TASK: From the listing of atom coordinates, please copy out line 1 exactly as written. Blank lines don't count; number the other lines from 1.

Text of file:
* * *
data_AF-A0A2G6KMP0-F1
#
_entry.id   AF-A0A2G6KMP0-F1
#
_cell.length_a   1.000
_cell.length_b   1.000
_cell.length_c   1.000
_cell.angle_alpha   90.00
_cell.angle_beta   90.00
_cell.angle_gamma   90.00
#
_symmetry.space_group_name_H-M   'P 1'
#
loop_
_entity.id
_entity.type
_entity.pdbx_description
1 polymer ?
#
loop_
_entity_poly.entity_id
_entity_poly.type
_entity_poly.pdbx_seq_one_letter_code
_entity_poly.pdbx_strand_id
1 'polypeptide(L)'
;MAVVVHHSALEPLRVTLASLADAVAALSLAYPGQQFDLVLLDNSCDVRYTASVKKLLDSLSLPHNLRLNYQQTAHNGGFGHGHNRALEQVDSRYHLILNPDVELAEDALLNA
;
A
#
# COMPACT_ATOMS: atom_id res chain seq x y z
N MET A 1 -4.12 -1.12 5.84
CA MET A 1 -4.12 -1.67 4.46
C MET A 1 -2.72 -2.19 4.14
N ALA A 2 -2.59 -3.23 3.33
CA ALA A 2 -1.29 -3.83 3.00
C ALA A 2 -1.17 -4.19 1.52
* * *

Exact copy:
data_AF-A0A2G6KMP0-F1